First made in the 16th century by invading Spanish conquistadors in Lima Peru, Pisco, a distilled wine similar to brandy, is now celebrated the world over. Introduced in the States during the San Francisco gold rush, the Pisco Punch cocktail, a mix of pineapple juice, lime, sugar, and distilled water achieved epic popularity. By the early 1900’s, many Pisco Houses opened up across San Francisco until prohibition snuffed them out. Only recently has Pisco, particularly that produced by Gran Sierpe, made inroads back into U.S. liquor cabinets and bars.
In order for Pisco to be authentic, it must meet stringent production guidelines. Grape vines are selected ahead of time in August and then carefully tended until the February harvest. Within moments after the grapes are taken off the vine, they are crushed and the juice is collected and distilled in copper “alambique” stills. The grape juice is then stored in stainless steel tanks and fermented anywhere from 12 to 20 days achieving just the right combination of sugar and alcohol. Now wine, it is distilled using the antique alembic process which allows some impurities to remain enhancing the final aroma and bouquet that makes Pisco so unique. The finished product is a translucent 42% alcohol (84 proof) stored for 3-9 months in purified drums to preserve flavor.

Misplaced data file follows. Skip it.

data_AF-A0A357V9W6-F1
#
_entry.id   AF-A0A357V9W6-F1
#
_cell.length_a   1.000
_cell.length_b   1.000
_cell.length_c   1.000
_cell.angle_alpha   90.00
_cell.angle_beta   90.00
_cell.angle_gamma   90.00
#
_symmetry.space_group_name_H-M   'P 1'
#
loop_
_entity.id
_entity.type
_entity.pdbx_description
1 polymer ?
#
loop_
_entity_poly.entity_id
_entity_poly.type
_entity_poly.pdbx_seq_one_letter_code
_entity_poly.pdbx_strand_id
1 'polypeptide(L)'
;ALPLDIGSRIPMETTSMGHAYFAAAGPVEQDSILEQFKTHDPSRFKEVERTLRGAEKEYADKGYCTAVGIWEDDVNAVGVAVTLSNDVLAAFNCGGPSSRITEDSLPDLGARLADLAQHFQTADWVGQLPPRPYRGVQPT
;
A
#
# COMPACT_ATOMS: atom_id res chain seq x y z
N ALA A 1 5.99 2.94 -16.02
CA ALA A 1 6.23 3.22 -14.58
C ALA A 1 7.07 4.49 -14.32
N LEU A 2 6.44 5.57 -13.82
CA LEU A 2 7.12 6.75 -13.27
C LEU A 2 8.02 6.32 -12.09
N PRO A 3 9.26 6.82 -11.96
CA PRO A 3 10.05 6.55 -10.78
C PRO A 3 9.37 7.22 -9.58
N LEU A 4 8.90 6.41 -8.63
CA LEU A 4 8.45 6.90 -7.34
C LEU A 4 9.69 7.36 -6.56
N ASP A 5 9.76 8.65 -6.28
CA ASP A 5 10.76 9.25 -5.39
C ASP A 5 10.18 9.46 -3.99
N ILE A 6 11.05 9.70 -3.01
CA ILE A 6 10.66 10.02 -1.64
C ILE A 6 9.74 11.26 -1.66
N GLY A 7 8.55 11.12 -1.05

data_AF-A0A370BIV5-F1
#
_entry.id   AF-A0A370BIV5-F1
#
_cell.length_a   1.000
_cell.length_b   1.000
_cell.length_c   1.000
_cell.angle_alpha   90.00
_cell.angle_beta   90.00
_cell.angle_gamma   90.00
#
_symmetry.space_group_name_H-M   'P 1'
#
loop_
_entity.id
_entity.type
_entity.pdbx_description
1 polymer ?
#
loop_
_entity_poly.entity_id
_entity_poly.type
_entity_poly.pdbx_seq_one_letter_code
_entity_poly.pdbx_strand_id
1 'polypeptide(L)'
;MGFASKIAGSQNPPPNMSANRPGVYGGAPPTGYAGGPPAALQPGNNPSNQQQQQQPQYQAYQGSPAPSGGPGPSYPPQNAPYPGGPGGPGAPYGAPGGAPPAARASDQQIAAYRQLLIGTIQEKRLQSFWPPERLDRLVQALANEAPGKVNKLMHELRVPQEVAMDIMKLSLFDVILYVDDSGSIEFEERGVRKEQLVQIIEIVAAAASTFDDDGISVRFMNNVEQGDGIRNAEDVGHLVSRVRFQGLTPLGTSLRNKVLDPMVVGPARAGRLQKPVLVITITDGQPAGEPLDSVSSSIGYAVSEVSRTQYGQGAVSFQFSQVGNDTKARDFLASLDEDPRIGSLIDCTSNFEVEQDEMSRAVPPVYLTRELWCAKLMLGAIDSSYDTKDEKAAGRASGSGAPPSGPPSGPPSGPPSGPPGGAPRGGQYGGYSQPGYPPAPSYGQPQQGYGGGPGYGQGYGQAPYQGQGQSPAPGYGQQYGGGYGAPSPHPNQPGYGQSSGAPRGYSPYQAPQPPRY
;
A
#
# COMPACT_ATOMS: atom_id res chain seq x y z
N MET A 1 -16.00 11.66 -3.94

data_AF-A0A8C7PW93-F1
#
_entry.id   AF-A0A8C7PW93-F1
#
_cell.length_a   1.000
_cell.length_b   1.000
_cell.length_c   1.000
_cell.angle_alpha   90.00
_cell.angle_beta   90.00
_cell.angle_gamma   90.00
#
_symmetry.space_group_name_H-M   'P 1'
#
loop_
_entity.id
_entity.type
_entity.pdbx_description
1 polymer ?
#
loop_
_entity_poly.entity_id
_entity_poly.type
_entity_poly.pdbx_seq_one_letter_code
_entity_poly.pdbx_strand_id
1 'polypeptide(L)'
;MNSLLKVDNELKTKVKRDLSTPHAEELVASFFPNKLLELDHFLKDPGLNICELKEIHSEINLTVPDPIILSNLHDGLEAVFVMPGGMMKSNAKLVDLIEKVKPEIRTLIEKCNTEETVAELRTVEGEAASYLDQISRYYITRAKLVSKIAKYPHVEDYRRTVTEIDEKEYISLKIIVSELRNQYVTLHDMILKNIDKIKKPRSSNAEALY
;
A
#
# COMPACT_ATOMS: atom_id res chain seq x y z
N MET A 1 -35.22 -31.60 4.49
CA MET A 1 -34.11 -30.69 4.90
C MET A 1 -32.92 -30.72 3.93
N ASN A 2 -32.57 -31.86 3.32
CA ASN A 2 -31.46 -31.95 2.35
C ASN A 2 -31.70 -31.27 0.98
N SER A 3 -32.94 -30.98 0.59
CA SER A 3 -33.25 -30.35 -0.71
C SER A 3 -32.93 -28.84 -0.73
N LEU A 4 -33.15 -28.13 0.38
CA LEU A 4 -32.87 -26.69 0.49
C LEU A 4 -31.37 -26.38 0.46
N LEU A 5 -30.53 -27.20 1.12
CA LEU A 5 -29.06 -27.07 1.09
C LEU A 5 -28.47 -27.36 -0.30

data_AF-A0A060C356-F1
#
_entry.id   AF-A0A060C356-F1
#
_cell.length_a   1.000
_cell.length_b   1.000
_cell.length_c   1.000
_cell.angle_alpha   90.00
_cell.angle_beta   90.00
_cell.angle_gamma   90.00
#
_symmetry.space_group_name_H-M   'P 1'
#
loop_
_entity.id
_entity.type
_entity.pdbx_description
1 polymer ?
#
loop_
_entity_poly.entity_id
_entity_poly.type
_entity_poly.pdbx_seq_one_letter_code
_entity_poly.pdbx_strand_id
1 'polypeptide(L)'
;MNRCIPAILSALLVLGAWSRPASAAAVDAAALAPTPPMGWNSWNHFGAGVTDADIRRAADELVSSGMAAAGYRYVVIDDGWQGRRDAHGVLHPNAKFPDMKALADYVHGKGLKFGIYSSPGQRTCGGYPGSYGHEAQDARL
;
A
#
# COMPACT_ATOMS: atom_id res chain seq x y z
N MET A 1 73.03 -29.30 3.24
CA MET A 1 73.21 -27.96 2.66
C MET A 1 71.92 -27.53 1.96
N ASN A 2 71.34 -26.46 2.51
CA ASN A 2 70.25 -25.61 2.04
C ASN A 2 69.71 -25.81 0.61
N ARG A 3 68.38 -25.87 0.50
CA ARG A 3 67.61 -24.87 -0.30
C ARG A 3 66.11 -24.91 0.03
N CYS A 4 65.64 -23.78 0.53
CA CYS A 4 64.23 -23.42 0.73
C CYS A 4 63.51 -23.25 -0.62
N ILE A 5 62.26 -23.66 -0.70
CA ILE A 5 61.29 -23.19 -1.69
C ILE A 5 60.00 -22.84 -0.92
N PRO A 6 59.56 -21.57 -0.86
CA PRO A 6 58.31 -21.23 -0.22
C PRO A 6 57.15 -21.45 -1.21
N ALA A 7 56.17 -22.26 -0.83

The best part is that Gran Sierpe runs some festive promotions like the Pisco Bus, a 50-person air conditioned school bus touring Miami hot spots where you get to jump off and imbibe complementary custom-made Pisco cocktails. Cocktails are subject to change per mixologists’ whims, but are likely to include the Snake Eyes with fresh passion fruit, mango, lime juice, and a dash of jalapeño; Pisco Punch, infused for three days with honeydew, watermelon, grapes, pineapple, and cantaloupe; and the classic Pisco Sour, which meticulously blends the base liquor with fresh lemon or lime, frothed egg whites, and simple syrup. Stay tuned for their latest events.
photo courtesy of Gran Sierpe Pisco